When gardening organically, there are several ways to manage pests without the use of chemicals. These include things like erecting physical barriers, spraying pests with water, attracting beneficial insects to the garden, or even removing insects from plants by hand. Occasionally, the need arises for the use of an organic pesticide. Here are explanations of some of the more common options, as well as some tips for using them effectively.
Chemicals in the garden, whether they are organic or not, should always be used as a last resort. While organic products are generally considered more environmentally friendly than synthetic ones, all pesticides should be considered poisons. Both types can be effective against garden problems, and both can have a negative impact on the environment - especially when used incorrectly.
The first step in choosing an effective pesticide is to identify the problem. Then read pesticide labels to see which ones are registered to treat the problem in question. Pesticide labels carry important information for consumers, so please read them carefully. In addition to brand names, the manufacturer's name and address, and the product's EPA registration numbers, you will also find directions for use, first aid information, precautionary statements, and information regarding correct storage and disposal. When choosing among products, opt for the least toxic product you can find and never mix or use two or more chemicals together.
This is sort of a catch-all category for products that use living organisms - things like bacteria BT (bacillus thuringiensis), Milky Spore Disease - or products that are derived from living organisms, like diatomaceous earth. Biological pesticides rely on overcoming natural defenses (preying on insect pests or making them sick), so they tend to be very specific in the types of pests they control.
For many biological pesticides to work effectively, they must be applied at the proper season or growth cycle of the pest they are targeting. These products will not harm most beneficial insects and unless stated otherwise on the label, are not considered toxic to mammals.
Insecticidal soaps contain salts and fatty acids that are effective treatments against soft-bodied insects like aphids, white flies, mealybugs, earwigs, and thrips. Available as sprays, these soaps are of low toxicity to people, pets, and beneficial insects while wet, and completely harmless once they are dry.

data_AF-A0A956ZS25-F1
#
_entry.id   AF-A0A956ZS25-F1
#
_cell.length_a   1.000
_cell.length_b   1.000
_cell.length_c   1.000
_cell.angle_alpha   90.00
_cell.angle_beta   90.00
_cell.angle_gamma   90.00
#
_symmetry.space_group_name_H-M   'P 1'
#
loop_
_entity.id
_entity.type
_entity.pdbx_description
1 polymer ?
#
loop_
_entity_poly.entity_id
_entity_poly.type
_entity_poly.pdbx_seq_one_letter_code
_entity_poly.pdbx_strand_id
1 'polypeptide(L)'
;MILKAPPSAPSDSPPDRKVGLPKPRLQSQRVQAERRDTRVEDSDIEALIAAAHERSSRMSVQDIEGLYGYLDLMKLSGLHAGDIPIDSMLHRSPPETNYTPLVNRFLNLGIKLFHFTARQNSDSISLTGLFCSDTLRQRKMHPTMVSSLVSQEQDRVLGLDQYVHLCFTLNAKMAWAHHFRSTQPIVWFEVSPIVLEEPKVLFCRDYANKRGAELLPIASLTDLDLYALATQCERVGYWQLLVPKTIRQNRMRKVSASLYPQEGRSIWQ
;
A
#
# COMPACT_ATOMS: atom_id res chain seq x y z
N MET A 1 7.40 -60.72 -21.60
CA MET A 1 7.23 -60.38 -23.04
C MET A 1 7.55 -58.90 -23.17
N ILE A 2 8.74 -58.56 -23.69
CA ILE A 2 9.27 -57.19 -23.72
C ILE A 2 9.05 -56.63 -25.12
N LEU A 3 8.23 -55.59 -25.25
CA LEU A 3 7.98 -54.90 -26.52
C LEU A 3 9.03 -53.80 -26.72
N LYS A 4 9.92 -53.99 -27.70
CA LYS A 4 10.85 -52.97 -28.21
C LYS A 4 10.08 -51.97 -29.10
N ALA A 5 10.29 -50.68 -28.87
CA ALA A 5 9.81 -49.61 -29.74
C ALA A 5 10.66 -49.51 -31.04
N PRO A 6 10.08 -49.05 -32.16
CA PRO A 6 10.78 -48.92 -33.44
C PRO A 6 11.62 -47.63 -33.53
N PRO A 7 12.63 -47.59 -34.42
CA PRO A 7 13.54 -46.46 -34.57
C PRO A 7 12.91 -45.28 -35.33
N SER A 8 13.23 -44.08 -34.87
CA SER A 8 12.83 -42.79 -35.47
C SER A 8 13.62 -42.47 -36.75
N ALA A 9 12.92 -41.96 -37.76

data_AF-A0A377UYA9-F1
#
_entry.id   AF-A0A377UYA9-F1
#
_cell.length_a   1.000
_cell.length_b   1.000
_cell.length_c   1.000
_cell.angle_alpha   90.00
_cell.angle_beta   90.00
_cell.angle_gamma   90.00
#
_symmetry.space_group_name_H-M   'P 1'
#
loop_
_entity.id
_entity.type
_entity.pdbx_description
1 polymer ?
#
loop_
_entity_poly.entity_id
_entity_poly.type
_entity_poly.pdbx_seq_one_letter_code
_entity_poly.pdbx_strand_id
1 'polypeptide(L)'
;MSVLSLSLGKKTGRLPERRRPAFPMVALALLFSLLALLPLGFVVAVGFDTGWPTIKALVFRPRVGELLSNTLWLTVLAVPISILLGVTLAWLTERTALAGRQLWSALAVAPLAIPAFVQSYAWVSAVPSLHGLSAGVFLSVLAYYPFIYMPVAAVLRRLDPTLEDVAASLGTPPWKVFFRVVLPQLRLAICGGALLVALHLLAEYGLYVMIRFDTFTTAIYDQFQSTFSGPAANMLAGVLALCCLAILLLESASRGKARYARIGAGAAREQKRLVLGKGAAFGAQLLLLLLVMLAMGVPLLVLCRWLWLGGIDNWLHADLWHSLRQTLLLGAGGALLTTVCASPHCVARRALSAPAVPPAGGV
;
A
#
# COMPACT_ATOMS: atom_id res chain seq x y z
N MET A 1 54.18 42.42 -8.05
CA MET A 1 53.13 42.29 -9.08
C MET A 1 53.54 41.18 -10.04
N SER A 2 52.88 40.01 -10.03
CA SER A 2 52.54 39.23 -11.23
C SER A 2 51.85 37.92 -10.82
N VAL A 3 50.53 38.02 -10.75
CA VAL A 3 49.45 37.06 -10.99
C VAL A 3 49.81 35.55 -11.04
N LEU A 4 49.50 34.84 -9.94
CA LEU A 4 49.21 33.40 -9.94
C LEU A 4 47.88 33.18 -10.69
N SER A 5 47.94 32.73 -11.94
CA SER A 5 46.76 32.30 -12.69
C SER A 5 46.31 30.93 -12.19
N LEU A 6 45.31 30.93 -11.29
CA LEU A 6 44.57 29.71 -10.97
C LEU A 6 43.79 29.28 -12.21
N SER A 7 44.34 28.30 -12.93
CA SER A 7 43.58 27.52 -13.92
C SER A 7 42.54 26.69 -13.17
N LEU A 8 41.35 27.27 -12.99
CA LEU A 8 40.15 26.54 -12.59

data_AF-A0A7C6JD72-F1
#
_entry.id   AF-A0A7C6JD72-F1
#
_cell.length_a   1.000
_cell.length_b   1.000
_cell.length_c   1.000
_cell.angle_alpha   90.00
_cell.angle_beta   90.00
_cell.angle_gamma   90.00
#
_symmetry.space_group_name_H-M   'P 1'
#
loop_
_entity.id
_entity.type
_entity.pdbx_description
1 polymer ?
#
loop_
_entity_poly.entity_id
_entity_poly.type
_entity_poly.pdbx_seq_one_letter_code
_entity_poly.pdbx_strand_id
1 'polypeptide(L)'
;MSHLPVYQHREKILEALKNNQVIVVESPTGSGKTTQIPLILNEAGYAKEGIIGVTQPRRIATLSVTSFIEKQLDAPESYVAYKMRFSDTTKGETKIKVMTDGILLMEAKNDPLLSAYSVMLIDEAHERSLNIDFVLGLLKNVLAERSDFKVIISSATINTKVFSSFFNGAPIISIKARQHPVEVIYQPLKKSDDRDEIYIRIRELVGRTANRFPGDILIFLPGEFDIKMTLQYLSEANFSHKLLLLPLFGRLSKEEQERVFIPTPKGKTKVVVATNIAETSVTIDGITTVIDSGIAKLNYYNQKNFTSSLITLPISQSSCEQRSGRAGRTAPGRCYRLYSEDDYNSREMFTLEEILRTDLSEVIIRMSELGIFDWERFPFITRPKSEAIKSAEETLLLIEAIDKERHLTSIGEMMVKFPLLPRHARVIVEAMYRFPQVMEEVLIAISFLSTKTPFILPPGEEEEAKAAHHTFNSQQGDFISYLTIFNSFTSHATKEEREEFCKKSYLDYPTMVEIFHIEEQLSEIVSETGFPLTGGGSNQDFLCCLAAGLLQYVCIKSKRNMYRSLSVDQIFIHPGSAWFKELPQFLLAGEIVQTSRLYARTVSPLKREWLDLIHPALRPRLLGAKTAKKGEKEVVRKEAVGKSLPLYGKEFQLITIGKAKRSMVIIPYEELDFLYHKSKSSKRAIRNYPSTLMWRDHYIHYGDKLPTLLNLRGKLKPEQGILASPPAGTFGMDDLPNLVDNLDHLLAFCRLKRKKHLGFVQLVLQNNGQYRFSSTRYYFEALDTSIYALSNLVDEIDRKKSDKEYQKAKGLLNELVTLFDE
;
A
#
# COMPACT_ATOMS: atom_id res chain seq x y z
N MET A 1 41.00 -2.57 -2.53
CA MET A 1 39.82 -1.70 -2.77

Insecticidal soaps work on contact, and do not provide any means of preventative protection. They can damage leaves and be toxic to certain plants, so you should always test them in a small, inconspicuous area before using them on the entire plant. Do not use insecticidal soaps on azaleas, fuchsias, Japanese maples, gardenias, horse chestnuts, bleeding hearts, nasturtiums, and some lilies and ferns.
Horticultural oils are derived from petroleum products. They are designed to kill the eggs and immature stages of soft-bodied insects like scale, aphids, adelgids, and mites. Similar to insecticidal soaps, these pesticides are safe for most plants and are of low toxicity to people and pets when wet, and completely harmless when dry. They must come into contact with pests to be effective and also like insecticidal soaps, provide no preventative means of control.
"Summer" oils are lightweight and can be used on plants throughout the growing season. Dormant oils are heavier and must be applied to the plants during their dormant period. To be effective, horticultural oils should not be applied at temperatures below freezing or above 85 degrees F. They can damage foliage if the plants are sprayed while under stress from drought or heat. Don't use horticultural oils on maples, azaleas, beeches, or conifers.
Derived from such minerals as copper and sulfur, mineral pesticides are most often used as fungicides and applied as dusts or sprays. Some plants are sensitive to mineral pesticides, so avoid applying these chemicals to plants under stress, or when temperatures rise above 85 degrees F. Copper compounds should be used with extreme caution. They are poisonous if ingested and may cause skin irritations.
In regards to the environment, copper compounds are extremely toxic to fish and other aquatic life, as well as to earthworms and beneficial insects including bees. Avoid spraying these compounds near water and during the day when beneficial insects are at their most active. Lime-sulfur compounds pose no recognizable threats to the environment, although they may be toxic if ingested by humans or animals.
About The Author: Ellen Brown is an environmental writer and photographer and the owner of Sustainable Media, an environmental media company that specializes in helping businesses and organizations promote eco-friendly products and services. Contact her on the web at http://www.sustainable-media.com
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